UK consultant Kelvin Smith, author of The Publishing Business, fears publishers have lost perspective and their sense of mission, but believes there’s hope.
The Doctor Who books helped author Steve Cole learned to read, then he became series editor and wrote one himself. He reflects on a lifetime of time travel.
In nonfiction, people traumatized by events might be inclined to soften the details as a form of self-protection. Fiction may simply be safer and more tender.
Vaddey Ratner’s novel of her childhood under the Khmer Rouge, In the Shadow of the Banyan, is a moving personal journey of reconciliation readers can share.
There are scores of fellowships, grants and other opportunities open for writers. But unless someone tells you about them, they can be difficult to discover.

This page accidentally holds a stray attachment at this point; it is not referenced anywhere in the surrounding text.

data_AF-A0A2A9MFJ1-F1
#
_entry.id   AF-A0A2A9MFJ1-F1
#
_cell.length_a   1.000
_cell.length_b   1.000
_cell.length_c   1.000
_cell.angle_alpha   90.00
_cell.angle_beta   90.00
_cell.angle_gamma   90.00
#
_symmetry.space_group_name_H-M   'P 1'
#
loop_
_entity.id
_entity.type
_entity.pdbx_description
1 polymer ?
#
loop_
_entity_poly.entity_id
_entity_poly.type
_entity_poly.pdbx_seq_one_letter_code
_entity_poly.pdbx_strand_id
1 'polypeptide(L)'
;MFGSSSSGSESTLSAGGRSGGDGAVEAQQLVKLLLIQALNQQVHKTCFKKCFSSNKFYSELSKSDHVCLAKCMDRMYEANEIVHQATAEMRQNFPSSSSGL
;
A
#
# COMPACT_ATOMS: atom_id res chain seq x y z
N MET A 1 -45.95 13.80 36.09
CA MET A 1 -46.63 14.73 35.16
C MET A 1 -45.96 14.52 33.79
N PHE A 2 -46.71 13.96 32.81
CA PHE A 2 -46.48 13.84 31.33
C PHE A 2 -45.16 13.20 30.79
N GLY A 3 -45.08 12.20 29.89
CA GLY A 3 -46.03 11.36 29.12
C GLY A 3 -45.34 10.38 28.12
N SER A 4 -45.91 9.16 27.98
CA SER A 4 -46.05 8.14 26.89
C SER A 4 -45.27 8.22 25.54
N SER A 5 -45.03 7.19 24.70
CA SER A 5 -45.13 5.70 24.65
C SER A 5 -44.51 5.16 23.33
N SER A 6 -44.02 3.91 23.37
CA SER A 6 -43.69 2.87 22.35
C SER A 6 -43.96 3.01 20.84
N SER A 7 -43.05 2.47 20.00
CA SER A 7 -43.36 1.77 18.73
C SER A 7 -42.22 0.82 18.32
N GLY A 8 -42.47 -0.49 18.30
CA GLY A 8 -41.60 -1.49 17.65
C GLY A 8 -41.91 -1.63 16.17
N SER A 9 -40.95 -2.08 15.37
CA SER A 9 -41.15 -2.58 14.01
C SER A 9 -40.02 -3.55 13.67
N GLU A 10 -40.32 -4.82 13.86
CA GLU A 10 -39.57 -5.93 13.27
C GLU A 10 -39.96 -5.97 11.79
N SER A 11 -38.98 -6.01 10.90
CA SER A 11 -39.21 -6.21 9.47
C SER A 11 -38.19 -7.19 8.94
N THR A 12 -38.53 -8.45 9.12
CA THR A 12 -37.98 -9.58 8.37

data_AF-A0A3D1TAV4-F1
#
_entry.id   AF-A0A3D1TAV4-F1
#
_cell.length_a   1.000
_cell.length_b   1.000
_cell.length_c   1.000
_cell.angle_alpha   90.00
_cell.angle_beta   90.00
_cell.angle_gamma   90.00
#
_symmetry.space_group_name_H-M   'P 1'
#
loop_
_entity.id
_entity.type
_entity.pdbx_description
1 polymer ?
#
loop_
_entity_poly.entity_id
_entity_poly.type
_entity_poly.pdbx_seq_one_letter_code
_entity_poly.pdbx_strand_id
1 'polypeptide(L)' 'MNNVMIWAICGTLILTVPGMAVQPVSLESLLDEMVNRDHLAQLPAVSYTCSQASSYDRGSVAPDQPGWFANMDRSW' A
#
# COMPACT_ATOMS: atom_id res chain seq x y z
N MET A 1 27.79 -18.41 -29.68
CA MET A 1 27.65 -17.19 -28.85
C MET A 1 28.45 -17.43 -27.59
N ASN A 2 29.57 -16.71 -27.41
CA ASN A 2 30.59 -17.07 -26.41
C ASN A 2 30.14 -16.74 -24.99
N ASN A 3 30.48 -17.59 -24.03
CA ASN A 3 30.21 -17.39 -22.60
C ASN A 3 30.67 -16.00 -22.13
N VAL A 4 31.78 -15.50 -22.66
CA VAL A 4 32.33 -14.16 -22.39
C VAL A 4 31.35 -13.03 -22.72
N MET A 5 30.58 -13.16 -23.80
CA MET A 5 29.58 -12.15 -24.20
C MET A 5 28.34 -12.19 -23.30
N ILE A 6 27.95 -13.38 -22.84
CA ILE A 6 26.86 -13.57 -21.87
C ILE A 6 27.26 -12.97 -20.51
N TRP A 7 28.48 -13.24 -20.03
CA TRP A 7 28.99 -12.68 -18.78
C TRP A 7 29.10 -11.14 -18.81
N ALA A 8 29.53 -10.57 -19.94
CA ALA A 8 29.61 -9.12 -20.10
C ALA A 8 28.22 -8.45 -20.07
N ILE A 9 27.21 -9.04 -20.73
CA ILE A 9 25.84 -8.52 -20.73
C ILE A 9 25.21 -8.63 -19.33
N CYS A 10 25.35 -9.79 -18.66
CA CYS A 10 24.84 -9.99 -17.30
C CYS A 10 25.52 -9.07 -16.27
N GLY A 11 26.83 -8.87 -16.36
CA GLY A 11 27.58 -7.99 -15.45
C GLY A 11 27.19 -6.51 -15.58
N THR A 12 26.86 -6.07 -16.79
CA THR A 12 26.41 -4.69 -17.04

Almost everyone has heard of the Fulbright Fellowships for study overseas. But did you know they were also available to creative writers? Anna Clark explains.
Argentina’s Ediciones Me Muero Muerta [I Die Dying Editions] is truly unique and is likely the first publishing house to operate from inside an women’s prison.
London’s Writing in a Digital Age Conference was a testament to the extraordinary human desire to write, and featured star writers, traditional and indie alike.
Does over production ultimately put an author at risk for damaging their long-term career? Or should one capitalize on immediate success and hope for the best?
Publishing a book was once an event and an overly-prolific writer might be doing more harm to their career than they expect, argues publisher Tim Schaffner.